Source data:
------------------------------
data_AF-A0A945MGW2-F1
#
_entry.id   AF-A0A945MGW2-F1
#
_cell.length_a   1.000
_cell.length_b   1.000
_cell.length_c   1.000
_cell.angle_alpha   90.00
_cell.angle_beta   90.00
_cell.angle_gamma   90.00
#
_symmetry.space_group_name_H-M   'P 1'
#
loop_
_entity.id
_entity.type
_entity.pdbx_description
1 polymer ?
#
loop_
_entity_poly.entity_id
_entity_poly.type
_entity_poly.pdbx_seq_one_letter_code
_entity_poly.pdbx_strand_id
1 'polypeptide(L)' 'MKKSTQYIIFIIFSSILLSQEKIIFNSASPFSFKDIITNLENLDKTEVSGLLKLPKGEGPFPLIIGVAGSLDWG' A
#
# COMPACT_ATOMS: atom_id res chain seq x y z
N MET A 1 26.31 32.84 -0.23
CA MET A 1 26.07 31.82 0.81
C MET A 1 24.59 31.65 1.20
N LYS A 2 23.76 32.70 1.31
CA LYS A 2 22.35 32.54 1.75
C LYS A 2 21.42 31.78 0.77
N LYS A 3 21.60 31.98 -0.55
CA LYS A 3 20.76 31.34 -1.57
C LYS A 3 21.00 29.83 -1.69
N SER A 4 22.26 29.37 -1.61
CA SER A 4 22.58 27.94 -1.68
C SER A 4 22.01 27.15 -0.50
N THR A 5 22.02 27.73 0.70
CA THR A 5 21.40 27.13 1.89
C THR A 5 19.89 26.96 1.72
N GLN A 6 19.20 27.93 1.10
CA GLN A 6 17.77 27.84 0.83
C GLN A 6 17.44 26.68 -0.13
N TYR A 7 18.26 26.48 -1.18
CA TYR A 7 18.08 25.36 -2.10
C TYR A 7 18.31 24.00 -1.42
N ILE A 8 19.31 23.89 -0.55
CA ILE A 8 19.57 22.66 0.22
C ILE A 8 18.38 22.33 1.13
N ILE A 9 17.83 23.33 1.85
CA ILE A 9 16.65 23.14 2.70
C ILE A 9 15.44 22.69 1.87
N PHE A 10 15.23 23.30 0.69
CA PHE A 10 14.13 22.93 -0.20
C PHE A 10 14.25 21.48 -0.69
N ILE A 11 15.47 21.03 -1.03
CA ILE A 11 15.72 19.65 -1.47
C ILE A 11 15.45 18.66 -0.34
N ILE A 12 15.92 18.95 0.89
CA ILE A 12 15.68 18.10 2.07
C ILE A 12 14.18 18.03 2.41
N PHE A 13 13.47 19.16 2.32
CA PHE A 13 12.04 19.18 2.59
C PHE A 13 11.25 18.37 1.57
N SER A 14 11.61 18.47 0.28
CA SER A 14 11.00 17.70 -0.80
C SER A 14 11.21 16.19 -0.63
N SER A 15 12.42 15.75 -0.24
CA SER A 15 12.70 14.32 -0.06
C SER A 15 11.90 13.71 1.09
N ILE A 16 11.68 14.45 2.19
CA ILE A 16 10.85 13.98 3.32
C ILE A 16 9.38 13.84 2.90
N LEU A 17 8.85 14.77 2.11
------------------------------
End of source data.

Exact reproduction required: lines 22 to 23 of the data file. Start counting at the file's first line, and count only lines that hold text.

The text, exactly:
_entity_poly.type
_entity_poly.pdbx_seq_one_letter_code